The family were originally called Paduinan, from a place name also in Lanarkshire. Hugh de Paduinan received the lands of Kilpeter from Baldwin de Bigre during the reign of Malcolm IV. By the time of Hugh’s grandson (also Hugh) the land became known as the barony of Houston, or Hugh’s Town. Fynlawe de Hustone, knight, of Lanarkshire rendered homage in 1296 to Edward I of England, along with a number of other of Scotland’s nobility, with the signing of the Ragman Rolls.
During the 16th century’s Anglo-Scottish Wars, Sir Peter Huston fought along side Matthew Stewart, the 2nd Earl of Lennox, at the Battle of Flodden in 1513, where, subsequently, both men died. Sir Peter’s son, Sir Patrick was the Keeper of the Quarter Seal, and companion to James V, but working with Lord Lennox, the two plotted against their king. He was eventually killed at the Battle of Linlithgow Bridge in 1526, which also saw Lennox captured and murdered by James Hamilton of Finnart.
According to ‘Surnames of Scotland’ by George Black, people of this name in the Canisbay district are descended from Rev. Andrew Ogstoun of Canisbay, Caithness, while the Houstons of Ross-shire are believed to be descended from Rev. Thomas Houston of Inverness (died 1605).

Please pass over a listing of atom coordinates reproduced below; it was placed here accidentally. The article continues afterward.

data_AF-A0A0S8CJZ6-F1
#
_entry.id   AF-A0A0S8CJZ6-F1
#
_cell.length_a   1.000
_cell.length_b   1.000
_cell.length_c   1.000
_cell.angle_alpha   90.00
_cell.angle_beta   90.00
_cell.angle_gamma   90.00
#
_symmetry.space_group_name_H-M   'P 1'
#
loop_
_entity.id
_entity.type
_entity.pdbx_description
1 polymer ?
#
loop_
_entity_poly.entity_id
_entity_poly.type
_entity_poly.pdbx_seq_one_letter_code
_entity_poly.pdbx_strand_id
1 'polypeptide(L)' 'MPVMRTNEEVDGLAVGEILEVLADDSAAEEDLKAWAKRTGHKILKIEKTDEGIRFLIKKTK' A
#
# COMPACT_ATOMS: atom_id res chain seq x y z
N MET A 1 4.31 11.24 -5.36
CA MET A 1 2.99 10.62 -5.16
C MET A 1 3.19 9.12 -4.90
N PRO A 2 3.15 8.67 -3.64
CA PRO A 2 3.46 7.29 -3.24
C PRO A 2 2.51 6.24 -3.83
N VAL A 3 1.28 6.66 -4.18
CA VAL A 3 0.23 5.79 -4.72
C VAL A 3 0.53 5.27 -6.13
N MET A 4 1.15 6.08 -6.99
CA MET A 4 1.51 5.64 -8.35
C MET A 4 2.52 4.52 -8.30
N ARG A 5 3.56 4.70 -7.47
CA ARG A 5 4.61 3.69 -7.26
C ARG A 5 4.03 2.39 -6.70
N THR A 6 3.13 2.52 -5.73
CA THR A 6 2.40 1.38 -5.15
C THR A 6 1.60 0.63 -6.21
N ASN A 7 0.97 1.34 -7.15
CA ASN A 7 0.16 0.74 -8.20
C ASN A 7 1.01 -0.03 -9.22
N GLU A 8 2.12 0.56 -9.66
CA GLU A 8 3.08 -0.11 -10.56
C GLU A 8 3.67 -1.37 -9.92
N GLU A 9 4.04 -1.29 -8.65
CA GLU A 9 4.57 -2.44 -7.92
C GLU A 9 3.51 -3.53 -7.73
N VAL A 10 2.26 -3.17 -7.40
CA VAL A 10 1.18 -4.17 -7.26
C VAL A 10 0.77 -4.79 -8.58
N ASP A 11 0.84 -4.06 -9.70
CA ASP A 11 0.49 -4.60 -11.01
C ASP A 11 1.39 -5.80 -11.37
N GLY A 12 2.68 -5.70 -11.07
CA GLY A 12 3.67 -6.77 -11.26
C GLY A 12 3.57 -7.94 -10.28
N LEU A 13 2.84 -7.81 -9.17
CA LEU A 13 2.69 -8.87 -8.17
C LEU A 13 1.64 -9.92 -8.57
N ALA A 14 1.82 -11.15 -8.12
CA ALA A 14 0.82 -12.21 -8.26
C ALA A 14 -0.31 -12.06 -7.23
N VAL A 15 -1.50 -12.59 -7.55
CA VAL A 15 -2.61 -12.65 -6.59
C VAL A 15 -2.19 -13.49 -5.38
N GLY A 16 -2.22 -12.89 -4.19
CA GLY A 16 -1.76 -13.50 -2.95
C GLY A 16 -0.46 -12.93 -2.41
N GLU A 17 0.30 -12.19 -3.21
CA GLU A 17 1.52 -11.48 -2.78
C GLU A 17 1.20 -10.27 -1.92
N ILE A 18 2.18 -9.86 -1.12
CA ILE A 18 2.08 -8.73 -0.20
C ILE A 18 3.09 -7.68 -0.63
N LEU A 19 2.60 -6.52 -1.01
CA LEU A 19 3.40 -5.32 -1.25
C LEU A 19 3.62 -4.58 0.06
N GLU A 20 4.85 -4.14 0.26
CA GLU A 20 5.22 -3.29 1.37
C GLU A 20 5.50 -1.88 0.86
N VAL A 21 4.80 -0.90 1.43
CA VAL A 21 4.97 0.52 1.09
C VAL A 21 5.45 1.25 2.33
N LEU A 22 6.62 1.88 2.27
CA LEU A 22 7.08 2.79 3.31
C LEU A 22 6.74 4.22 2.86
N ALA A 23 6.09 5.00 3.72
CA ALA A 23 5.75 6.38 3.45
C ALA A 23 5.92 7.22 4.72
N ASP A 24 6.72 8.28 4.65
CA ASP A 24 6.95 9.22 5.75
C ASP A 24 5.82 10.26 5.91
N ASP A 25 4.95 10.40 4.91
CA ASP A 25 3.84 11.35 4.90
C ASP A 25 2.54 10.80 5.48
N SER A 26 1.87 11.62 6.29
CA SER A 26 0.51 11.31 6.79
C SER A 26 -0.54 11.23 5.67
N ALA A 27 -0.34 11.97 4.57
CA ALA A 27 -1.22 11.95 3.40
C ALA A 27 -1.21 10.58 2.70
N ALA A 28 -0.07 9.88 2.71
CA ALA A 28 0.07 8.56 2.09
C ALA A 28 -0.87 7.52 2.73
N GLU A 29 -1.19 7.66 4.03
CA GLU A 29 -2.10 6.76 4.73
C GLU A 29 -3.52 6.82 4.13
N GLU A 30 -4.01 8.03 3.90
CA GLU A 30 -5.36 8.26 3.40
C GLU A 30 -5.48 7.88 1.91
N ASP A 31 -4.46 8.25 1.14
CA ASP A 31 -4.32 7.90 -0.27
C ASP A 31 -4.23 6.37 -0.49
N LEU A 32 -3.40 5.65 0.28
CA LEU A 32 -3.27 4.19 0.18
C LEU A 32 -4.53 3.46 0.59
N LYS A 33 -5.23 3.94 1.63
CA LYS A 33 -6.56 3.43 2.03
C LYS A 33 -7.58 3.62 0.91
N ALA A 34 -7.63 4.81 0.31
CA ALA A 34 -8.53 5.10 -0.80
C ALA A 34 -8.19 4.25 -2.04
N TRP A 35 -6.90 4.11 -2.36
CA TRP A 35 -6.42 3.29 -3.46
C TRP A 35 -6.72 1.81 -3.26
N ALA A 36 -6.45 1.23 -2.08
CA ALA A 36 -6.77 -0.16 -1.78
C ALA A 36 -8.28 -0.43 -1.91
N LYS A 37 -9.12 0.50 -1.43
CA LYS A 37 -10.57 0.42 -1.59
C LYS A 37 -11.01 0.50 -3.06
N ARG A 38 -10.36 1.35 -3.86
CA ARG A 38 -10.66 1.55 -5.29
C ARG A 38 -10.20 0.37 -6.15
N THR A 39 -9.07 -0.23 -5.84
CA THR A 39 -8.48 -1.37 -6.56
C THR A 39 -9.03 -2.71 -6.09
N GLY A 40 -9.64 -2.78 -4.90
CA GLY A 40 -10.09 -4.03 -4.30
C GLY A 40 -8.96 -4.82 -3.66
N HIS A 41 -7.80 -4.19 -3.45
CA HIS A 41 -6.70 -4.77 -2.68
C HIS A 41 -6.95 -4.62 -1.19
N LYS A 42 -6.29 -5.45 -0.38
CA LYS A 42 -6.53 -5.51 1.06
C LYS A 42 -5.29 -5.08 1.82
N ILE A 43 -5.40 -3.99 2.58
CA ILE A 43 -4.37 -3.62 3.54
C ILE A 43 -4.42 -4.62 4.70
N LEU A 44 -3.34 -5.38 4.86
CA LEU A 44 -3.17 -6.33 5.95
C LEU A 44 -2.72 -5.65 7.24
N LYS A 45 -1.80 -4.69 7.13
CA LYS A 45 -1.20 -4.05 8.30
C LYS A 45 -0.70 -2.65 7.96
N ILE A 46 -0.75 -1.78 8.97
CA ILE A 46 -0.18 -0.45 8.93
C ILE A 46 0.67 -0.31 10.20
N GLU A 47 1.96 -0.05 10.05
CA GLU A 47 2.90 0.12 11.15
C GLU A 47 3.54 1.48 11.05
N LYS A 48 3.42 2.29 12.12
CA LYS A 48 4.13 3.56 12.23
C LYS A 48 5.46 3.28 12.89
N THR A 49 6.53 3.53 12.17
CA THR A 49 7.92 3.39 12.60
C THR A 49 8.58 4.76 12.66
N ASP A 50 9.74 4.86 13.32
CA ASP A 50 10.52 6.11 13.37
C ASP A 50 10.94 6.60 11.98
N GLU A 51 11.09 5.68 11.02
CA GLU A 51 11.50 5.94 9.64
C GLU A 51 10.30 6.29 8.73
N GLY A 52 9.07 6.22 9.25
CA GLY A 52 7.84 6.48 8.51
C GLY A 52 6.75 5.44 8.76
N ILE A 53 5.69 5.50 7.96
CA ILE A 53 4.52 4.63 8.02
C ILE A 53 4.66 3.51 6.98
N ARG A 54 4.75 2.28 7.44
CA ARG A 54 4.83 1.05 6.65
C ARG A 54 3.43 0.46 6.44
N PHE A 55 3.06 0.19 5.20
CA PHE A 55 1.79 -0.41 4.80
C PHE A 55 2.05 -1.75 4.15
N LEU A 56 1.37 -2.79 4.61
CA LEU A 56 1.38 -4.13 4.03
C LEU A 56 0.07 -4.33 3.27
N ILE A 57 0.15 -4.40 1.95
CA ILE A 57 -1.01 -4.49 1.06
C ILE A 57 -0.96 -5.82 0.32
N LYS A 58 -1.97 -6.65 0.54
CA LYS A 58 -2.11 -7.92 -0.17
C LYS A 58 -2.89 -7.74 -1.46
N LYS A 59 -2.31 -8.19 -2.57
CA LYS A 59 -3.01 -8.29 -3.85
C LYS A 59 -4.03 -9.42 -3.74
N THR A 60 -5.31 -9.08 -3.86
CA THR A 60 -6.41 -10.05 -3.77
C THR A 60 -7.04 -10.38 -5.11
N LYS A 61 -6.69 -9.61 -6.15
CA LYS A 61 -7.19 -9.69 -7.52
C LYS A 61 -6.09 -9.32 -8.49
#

The sons of the fifth Huston Baronet had done a lot to increase greatly the family’s colonial estates, and at the time when independence was granted to the American colonies from Great Britain, it was said that they owned over eight thousand slaves. This line of Hustons went on to disown their Scottish titles with preference for their American wealth.
A prominent figure in the fight for Texan independence from Mexico, General Sam Houston, was a descendent of these Hustons. He went on to become the first President of the Republic of Texas, and later on the Senator for Texas when they agreed to join the United States in 1845.